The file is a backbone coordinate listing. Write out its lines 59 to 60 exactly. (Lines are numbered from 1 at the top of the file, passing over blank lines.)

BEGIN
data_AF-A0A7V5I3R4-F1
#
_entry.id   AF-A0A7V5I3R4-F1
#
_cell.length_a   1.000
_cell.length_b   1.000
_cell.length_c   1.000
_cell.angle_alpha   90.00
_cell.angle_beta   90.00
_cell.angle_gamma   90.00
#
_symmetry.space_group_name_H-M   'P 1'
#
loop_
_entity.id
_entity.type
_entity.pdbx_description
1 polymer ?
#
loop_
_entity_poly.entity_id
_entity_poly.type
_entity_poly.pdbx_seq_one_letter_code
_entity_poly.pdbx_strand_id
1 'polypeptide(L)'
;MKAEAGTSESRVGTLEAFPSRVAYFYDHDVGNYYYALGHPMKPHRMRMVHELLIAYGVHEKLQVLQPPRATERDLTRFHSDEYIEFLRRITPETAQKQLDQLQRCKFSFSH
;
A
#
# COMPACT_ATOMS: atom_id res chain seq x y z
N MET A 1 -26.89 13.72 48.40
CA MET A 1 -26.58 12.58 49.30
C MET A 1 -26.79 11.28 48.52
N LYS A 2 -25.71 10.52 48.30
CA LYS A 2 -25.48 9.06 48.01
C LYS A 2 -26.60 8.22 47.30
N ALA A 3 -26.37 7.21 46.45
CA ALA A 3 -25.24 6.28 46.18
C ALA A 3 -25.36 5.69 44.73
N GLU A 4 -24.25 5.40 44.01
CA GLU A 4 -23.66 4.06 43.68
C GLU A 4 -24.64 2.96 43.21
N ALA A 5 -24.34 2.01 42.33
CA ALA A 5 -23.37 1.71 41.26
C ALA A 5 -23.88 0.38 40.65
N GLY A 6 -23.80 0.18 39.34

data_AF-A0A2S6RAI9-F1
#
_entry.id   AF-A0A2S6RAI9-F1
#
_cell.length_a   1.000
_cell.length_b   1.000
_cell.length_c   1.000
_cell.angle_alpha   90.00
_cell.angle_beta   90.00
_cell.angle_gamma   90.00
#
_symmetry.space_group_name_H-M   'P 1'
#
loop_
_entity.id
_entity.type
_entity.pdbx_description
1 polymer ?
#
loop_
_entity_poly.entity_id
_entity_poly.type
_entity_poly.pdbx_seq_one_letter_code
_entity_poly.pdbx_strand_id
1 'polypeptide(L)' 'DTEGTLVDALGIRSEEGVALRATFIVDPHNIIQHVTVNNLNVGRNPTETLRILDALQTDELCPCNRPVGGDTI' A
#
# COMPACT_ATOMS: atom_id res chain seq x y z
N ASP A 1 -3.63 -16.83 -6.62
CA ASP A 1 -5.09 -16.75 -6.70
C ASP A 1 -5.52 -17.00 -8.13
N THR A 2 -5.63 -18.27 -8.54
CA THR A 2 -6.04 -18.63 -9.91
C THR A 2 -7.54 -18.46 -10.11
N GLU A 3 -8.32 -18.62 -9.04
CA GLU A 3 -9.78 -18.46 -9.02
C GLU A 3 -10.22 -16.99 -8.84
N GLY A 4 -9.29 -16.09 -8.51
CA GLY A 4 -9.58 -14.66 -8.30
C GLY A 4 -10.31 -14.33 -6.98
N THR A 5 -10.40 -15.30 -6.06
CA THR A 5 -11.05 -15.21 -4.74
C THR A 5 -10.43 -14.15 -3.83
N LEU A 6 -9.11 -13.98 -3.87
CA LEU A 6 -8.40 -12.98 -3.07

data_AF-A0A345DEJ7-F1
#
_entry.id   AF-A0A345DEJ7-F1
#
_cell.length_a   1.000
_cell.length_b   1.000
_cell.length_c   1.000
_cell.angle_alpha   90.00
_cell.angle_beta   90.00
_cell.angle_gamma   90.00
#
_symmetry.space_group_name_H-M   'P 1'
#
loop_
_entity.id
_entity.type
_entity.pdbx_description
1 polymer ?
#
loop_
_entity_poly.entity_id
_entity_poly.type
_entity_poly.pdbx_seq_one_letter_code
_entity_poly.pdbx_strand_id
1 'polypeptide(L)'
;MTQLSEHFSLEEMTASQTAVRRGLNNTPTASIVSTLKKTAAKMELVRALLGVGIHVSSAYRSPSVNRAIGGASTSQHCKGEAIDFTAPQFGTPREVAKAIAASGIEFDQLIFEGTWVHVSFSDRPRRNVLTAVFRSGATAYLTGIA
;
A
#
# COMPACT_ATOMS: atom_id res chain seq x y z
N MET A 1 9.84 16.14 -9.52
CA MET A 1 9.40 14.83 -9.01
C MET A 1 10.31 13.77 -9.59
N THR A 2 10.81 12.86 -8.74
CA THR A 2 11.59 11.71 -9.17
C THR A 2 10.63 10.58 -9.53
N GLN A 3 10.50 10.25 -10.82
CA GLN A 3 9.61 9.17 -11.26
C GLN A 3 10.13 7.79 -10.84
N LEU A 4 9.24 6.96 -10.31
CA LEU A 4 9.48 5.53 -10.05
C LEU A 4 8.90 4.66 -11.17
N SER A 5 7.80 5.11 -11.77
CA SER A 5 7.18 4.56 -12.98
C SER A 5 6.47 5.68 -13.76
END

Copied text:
#
loop_